If ODBC library is specified you may safely remove it from the link options on the "Additional Dependencies" line. Also, by default, the project tries to link against the library msvcirt.lib which is not included in the free VC++2005 download, or the SDK download. We can easily get rid of this also. Add this library to the "Ignore specific library" line.

Edit the project properties, and make the changes as shown below:


Compiling and adding resource files

(Not required for the ShuttlePB example, ONLY REQUIRED FOR VC++ 2003 toolkit <, VC++ 2005 and VC++ 2008 express edition compilers can compile resources without problems)

VC++ 2003 toolkit doesn't support the compilation of resource files (.res) from source files (such as bitmaps .bmp). However, there is a command line resource compiler (rc.exe) which is installed when you install VC++ Express. The default location for this program is C:\Program Files\Microsoft Visual Studio 8\VC\Bin\rc.exe.

rc.exe takes as its input a resource description file (.rc) and emits a resource file (.res). Take the example of two bitmaps called panel.bmp and panelLight.bmp. In order to compile these resources create a .rc file which is effectively a text file describing the resources to compile. To compile the above example you would a text file with the following text and save it as a .rc file (in our case panels.rc).

1 BITMAP panel.bmp
2 BITMAP panelLight.bmp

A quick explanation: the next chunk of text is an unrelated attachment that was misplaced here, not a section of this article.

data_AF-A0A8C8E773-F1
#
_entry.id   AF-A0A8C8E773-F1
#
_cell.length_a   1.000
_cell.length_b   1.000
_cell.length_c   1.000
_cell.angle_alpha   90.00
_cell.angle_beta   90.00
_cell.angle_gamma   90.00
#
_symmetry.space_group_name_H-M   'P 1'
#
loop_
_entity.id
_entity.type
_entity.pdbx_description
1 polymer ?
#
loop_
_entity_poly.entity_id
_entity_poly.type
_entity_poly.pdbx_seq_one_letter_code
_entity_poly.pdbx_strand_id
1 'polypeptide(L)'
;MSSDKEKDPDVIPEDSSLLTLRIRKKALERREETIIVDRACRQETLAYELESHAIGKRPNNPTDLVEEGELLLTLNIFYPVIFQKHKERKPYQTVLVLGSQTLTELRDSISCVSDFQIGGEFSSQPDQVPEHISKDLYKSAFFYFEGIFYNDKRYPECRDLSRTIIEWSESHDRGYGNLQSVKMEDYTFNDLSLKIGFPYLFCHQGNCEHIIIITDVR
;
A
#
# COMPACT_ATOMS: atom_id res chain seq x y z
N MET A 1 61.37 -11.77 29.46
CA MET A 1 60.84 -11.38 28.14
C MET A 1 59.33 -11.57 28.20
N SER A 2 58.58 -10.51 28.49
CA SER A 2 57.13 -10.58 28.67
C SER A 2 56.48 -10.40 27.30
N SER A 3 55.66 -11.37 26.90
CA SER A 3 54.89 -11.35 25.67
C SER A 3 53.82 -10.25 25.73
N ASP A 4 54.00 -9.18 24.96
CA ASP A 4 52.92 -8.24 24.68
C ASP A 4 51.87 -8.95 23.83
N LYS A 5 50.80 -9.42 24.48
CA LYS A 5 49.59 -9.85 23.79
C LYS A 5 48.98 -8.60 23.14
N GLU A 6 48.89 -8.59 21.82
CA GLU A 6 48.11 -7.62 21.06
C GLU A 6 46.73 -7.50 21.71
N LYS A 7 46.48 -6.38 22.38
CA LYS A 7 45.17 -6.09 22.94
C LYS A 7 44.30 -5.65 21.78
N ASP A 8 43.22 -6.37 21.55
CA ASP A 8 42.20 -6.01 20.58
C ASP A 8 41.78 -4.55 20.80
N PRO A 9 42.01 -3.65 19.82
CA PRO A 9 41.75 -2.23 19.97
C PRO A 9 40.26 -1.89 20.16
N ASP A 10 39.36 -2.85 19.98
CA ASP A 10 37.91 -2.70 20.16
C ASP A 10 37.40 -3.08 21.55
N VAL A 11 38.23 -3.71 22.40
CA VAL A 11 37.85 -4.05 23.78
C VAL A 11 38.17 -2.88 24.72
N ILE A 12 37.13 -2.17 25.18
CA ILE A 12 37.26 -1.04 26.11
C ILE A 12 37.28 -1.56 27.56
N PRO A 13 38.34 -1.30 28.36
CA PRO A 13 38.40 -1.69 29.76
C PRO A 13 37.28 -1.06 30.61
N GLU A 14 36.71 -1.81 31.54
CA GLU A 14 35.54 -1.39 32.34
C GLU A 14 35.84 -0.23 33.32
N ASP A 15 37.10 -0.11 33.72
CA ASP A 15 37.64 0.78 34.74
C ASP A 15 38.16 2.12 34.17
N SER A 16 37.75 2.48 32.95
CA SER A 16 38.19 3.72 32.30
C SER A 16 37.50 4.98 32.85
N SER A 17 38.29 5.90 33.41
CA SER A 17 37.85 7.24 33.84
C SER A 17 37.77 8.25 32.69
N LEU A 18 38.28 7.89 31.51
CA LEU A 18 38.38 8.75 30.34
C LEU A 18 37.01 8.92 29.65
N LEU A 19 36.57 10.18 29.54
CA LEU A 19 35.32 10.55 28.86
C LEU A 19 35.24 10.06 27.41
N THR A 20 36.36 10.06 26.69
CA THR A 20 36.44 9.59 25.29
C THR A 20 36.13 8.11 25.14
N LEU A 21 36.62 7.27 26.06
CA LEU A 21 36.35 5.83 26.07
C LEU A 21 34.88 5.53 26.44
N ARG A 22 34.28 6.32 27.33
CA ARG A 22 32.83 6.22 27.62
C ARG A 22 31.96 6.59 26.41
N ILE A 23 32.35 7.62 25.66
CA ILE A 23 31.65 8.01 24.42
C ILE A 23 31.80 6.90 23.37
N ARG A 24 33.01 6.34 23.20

then execute the following command:

rc /r panels.rc

The result is a new file (panels.res). In VC++ you can select to add an existing item and add the .res file to the solution. On next compilation the resource will be embedded in the resulting dll.

Note: In order to call rc from the directory where your files are you will need to add the location of rc to your path.

Compiling the addon

Use the menu option Build/Build ShuttlePB to compile. It should now compile cleanly, no errors or warnings. The DLL will be in C:\Orbiter\Modules\ShuttlePB.dll. If you are making an MFD or plugin, you will want those to compile into the C:\Orbiter\Modules\Plugin folder. If you go look up this module, it should have the current time, and be accompanied by a .exp and a .lib file, both of which have the current date on them. Load any scenario which uses ShuttlePB and fly it normally.

Debugging the addon

Microsoft Visual Studio includes a debugger that will enable you to debug your addon quickly and easily without resorting to oapiDebugString all the time.

  • Set your active configuration to "Debug" in the Standard Toolbar or Build --> Configuration Manager. VisualStudioDebugConfiguration.png
  • In your project Properties, set the following options:
    • Configuration Properties --> Linker --> General --> Output File - this should be set to your DLL name and put in your orbiter path where orbtier will load it from. Eg, C:\orbiter\modules\plugin\addon.dll
    • Debugging --> Command - this should be set to your orbiter.exe. Eg, C:\orbiter\orbiter.exe
    • Debugging --> Working Directory - this should be set to the directory that orbiter is in. Eg, C:\orbiter
    • C/C++ --> General --> Debug Information Format - set to anything except "Disabled"

Make sure when debugging that you have orbiter running windowed or on another screen to Visual Studio, otherwise you won't be able to see the debugger.